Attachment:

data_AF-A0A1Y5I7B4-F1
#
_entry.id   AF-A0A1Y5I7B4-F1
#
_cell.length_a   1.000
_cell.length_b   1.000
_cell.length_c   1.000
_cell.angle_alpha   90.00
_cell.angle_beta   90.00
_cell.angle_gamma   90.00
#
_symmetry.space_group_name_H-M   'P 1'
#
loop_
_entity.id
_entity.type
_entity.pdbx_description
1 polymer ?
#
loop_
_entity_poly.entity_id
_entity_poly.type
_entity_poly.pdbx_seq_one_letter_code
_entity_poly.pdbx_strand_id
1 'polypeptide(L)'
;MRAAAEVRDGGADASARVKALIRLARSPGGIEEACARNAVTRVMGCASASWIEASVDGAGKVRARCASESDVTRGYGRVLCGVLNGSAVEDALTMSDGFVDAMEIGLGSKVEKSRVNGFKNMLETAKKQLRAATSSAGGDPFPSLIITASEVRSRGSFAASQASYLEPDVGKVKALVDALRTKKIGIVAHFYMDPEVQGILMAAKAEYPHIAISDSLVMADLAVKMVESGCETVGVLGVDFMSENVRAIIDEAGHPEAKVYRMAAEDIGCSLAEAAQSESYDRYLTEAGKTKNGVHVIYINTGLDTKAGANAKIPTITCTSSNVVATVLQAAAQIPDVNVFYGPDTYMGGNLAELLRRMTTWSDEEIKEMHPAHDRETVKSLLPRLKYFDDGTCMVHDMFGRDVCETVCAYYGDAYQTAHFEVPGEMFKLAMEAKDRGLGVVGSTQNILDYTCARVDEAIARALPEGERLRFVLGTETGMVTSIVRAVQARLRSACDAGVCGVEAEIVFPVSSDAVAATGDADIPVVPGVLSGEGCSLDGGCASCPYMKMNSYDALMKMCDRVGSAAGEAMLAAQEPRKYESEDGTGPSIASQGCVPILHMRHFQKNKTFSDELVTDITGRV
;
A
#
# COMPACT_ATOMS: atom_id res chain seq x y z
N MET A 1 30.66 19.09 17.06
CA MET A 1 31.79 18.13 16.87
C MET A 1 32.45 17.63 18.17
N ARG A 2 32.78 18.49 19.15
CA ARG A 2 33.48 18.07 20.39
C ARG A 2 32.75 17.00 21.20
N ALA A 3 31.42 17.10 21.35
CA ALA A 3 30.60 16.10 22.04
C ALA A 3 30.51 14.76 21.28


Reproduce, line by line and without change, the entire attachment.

data_AF-A0A1Y5I7B4-F1
#
_entry.id   AF-A0A1Y5I7B4-F1
#
_cell.length_a   1.000
_cell.length_b   1.000
_cell.length_c   1.000
_cell.angle_alpha   90.00
_cell.angle_beta   90.00
_cell.angle_gamma   90.00
#
_symmetry.space_group_name_H-M   'P 1'
#
loop_
_entity.id
_entity.type
_entity.pdbx_description
1 polymer ?
#
loop_
_entity_poly.entity_id
_entity_poly.type
_entity_poly.pdbx_seq_one_letter_code
_entity_poly.pdbx_strand_id
1 'polypeptide(L)'
;MRAAAEVRDGGADASARVKALIRLARSPGGIEEACARNAVTRVMGCASASWIEASVDGAGKVRARCASESDVTRGYGRVLCGVLNGSAVEDALTMSDGFVDAMEIGLGSKVEKSRVNGFKNMLETAKKQLRAATSSAGGDPFPSLIITASEVRSRGSFAASQASYLEPDVGKVKALVDALRTKKIGIVAHFYMDPEVQGILMAAKAEYPHIAISDSLVMADLAVKMVESGCETVGVLGVDFMSENVRAIIDEAGHPEAKVYRMAAEDIGCSLAEAAQSESYDRYLTEAGKTKNGVHVIYINTGLDTKAGANAKIPTITCTSSNVVATVLQAAAQIPDVNVFYGPDTYMGGNLAELLRRMTTWSDEEIKEMHPAHDRETVKSLLPRLKYFDDGTCMVHDMFGRDVCETVCAYYGDAYQTAHFEVPGEMFKLAMEAKDRGLGVVGSTQNILDYTCARVDEAIARALPEGERLRFVLGTETGMVTSIVRAVQARLRSACDAGVCGVEAEIVFPVSSDAVAATGDADIPVVPGVLSGEGCSLDGGCASCPYMKMNSYDALMKMCDRVGSAAGEAMLAAQEPRKYESEDGTGPSIASQGCVPILHMRHFQKNKTFSDELVTDITGRV
;
A
#
# COMPACT_ATOMS: atom_id res chain seq x y z
N MET A 1 30.66 19.09 17.06
CA MET A 1 31.79 18.13 16.87
C MET A 1 32.45 17.63 18.17
N ARG A 2 32.78 18.49 19.15
CA ARG A 2 33.48 18.07 20.39
C ARG A 2 32.75 17.00 21.20
N ALA A 3 31.42 17.10 21.35
CA ALA A 3 30.60 16.10 22.04
C ALA A 3 30.51 14.76 21.28